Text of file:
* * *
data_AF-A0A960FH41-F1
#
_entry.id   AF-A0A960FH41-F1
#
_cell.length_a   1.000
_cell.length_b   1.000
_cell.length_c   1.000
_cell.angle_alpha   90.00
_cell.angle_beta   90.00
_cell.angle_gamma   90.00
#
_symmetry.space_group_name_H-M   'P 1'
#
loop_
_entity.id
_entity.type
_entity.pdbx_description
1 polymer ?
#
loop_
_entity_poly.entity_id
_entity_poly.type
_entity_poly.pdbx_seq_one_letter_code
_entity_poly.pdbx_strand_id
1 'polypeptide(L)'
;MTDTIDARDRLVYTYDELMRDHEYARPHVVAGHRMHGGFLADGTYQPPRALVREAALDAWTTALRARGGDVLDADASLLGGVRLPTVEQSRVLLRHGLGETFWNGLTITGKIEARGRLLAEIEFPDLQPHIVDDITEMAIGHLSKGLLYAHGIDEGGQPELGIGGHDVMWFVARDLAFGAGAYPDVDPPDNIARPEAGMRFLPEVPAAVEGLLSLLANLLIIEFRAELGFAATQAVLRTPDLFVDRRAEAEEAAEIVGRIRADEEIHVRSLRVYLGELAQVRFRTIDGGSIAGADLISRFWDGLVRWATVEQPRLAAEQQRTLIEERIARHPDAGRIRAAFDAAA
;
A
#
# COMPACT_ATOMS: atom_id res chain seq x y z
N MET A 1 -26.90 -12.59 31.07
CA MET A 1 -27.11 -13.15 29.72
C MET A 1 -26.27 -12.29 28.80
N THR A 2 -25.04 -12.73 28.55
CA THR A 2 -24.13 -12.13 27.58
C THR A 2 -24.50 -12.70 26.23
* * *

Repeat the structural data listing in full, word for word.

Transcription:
data_AF-A0A960FH41-F1
#
_entry.id   AF-A0A960FH41-F1
#
_cell.length_a   1.000
_cell.length_b   1.000
_cell.length_c   1.000
_cell.angle_alpha   90.00
_cell.angle_beta   90.00
_cell.angle_gamma   90.00
#
_symmetry.space_group_name_H-M   'P 1'
#
loop_
_entity.id
_entity.type
_entity.pdbx_description
1 polymer ?
#
loop_
_entity_poly.entity_id
_entity_poly.type
_entity_poly.pdbx_seq_one_letter_code
_entity_poly.pdbx_strand_id
1 'polypeptide(L)'
;MTDTIDARDRLVYTYDELMRDHEYARPHVVAGHRMHGGFLADGTYQPPRALVREAALDAWTTALRARGGDVLDADASLLGGVRLPTVEQSRVLLRHGLGETFWNGLTITGKIEARGRLLAEIEFPDLQPHIVDDITEMAIGHLSKGLLYAHGIDEGGQPELGIGGHDVMWFVARDLAFGAGAYPDVDPPDNIARPEAGMRFLPEVPAAVEGLLSLLANLLIIEFRAELGFAATQAVLRTPDLFVDRRAEAEEAAEIVGRIRADEEIHVRSLRVYLGELAQVRFRTIDGGSIAGADLISRFWDGLVRWATVEQPRLAAEQQRTLIEERIARHPDAGRIRAAFDAAA
;
A
#
# COMPACT_ATOMS: atom_id res chain seq x y z
N MET A 1 -26.90 -12.59 31.07
CA MET A 1 -27.11 -13.15 29.72
C MET A 1 -26.27 -12.29 28.80
N THR A 2 -25.04 -12.73 28.55
CA THR A 2 -24.13 -12.13 27.58
C THR A 2 -24.50 -12.70 26.23